"I wanted to write a story about an adopted character in a loving adoptive home, where they could flourish and explore the mystery of their own identity"
Taunton-based author James Haddell reveals his writing process, the inspiration behind the Truth and Treasure series and his favourite author snacks.
Had you always wanted to write a book?
I loved writing stories as a child but stopped as a teenager. I rediscovered the joy of writing as an adult, after becoming a teacher and parent, and falling in love with the world of children’s books all over again.
Where did the inspiration for the Truth and Treasure series come from?
I’ve always loved adventure stories – especially treasure-hunting ones – and I’ve always found history a tremendous catalyst for imagination. But I think the final inspiration that tied all the other ideas together was becoming a parent through adoption.
I wanted to write a story about an adopted character in a loving adoptive home, where they could flourish and explore the mystery of their own identity, rather than the more typical story you find in children’s books of orphans struggling on their own and only finding a loving home once they reach the happy ending.
I wanted to write a book that reflected the emotional journey of adopted children a bit better (while still writing a treasure-hunting adventure story with lots of peril!)
Can you tell us what it’s about?
Left on the doorstep of a children’s home as a baby, Tia’s only clues to her history are the strange items that were left with her: a luggage label with her name on, twelve silver coins marked with circles and crosses, and a silver pendant inscribed with a mysterious symbol.
Her search for answers suddenly ignites in book one, The Lost Child’s Quest, with the arrival of a sinister stranger and a move to a new home, where unravelling mysteries of the past is part of everyday life. However, it soon becomes apparent that the pursuit of truth turns up more questions than answers as Tia finds herself on the trail of the Thirteen Treasures of Britain… before being tasked with an even more mysterious quest.
It’s a search for personal truth entwined with British history, myth and legend. Set in a seaside community of historians and archaeologists, it features a school in an ancient castle and a host of colourful characters.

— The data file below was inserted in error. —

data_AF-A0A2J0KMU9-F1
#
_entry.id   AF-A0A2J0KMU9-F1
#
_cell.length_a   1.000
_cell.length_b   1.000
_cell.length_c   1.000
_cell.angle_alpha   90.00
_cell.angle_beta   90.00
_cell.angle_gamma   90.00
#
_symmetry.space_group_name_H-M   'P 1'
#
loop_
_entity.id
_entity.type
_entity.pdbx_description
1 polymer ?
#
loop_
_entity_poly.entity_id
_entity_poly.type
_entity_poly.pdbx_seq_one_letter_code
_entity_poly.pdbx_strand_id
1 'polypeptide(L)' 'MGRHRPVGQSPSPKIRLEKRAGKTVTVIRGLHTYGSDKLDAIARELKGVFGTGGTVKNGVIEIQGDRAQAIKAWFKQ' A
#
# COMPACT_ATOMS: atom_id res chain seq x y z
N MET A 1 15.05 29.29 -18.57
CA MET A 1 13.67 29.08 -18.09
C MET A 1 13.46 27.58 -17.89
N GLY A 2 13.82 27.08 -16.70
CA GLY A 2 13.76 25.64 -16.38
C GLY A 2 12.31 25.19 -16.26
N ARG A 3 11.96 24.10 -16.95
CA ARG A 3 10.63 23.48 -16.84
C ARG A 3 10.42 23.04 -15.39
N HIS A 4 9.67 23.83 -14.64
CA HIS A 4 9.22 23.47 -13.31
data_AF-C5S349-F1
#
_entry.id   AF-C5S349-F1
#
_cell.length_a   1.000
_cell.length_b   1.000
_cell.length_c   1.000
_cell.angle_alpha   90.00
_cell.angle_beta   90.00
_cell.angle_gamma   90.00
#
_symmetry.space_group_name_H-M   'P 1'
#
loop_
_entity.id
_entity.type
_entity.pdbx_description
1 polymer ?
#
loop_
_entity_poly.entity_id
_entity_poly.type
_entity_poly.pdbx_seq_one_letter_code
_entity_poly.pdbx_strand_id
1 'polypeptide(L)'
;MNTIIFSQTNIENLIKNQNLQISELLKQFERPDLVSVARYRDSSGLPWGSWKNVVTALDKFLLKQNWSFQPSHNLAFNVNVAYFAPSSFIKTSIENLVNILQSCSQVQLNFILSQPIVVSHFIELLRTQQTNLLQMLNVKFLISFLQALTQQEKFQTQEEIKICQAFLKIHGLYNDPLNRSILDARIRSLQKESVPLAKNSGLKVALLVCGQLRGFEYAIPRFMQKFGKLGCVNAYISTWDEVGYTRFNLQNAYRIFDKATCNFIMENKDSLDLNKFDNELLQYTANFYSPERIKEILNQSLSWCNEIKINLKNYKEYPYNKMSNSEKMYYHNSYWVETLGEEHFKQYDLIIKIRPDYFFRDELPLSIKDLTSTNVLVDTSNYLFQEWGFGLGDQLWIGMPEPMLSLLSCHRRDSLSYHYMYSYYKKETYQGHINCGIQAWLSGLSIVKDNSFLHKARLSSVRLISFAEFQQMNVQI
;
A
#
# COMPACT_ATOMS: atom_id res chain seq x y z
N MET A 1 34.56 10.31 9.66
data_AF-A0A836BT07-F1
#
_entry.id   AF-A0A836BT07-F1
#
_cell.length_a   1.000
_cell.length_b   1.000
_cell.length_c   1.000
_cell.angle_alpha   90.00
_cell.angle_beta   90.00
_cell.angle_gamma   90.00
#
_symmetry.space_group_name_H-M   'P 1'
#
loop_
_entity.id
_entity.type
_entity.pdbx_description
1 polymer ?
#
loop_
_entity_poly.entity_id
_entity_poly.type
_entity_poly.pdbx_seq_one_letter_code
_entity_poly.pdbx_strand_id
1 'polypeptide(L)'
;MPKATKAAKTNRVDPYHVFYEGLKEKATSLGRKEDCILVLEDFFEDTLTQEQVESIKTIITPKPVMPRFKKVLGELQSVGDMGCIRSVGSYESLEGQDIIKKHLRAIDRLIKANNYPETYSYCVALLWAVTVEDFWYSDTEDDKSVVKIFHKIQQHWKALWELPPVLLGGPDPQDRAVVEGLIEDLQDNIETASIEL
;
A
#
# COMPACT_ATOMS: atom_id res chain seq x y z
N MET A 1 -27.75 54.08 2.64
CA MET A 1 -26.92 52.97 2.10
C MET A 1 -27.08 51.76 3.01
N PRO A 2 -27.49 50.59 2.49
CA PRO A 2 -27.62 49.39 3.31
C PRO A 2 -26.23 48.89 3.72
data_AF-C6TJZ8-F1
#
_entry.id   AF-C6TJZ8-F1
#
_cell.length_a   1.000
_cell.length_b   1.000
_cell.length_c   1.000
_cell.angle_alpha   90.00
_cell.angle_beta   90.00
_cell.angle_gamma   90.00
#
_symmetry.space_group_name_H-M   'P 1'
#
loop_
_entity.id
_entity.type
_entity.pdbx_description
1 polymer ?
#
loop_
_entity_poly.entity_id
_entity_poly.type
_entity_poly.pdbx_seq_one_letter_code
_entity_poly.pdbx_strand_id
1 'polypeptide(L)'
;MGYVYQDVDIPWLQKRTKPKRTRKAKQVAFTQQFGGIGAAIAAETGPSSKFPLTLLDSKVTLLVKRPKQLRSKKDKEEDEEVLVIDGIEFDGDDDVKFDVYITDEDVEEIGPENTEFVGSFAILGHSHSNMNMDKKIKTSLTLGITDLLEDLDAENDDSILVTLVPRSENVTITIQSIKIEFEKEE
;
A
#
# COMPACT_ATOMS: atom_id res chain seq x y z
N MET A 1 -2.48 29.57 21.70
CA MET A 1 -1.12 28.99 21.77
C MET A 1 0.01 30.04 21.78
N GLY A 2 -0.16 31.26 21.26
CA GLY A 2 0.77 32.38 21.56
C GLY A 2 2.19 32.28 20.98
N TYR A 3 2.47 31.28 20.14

What drives the main character?
Mostly a desire to understand who she is and where she came from. But as the series goes on, she will increasingly be driven by love for her friends and family, as well as a sense of duty to fulfil the mysterious task given to her in The Lost Child’s Quest.
Which age group is it aimed at, and why should people of this age (or their parents/guardians) buy it?
It is aimed primarily at children aged eight to twelve, especially those with a love of history, myth and legend (although loads of adults have enjoyed reading it, too!).
When can we expect the next book in the series?
I’m hoping to write one a year, so you can expect to see one instalment in the Tales of Truth and Treasure series each year (probably towards the end of the year, as deadline pressure brings out the best in me!).
Can you briefly describe your writing process?
I like to think of it as sculpting out of stone or carving out of wood. I usually start off writing a very rough draft that is just about getting the idea into words before going back over it to chisel out the finer details, hack off bits that just don’t look right and smooth over the rough edges.
Before you even start sculpting you need an idea of what you want to create, and that requires research and planning. But as you carve you see that the material you’re working with almost has a mind of its own and wants to do certain things (and not do certain other things). The same applies to the characters and scenarios you create when you write, so you constantly have to refer back and adapt your plans as you go along.
I typically go through this process a few chapters at a time, but I might also go over one particular scene several times before moving on. Once I have a full draft I have to go back over the whole thing to refine it before inviting others to come and offer their opinions. This often leads to more redrafting before it’s finally ready for public display.
What’s your favourite writing snack?
Ginger biscuits with a cup of tea to dunk them in.
How do you spend your time when you’re not writing?
I like to think I mostly spend it playing with my kids, teaching part-time, and finding my own adventures wherever I can…. but I probably spend quite a lot of time daydreaming, too.
What advice would you give other aspiring authors?
If you enjoy the writing process it is time well spent, but make sure what you write is a joy to read as well. These are often not quite the same thing. And make sure you read – lots! Time spent reading is not just time you could have spent writing. Reading will make you a better writer.The Lost Child's Quest and The Forgotten Crown are available via the Emira Press website now. Secrets Set in Stone is coming soon!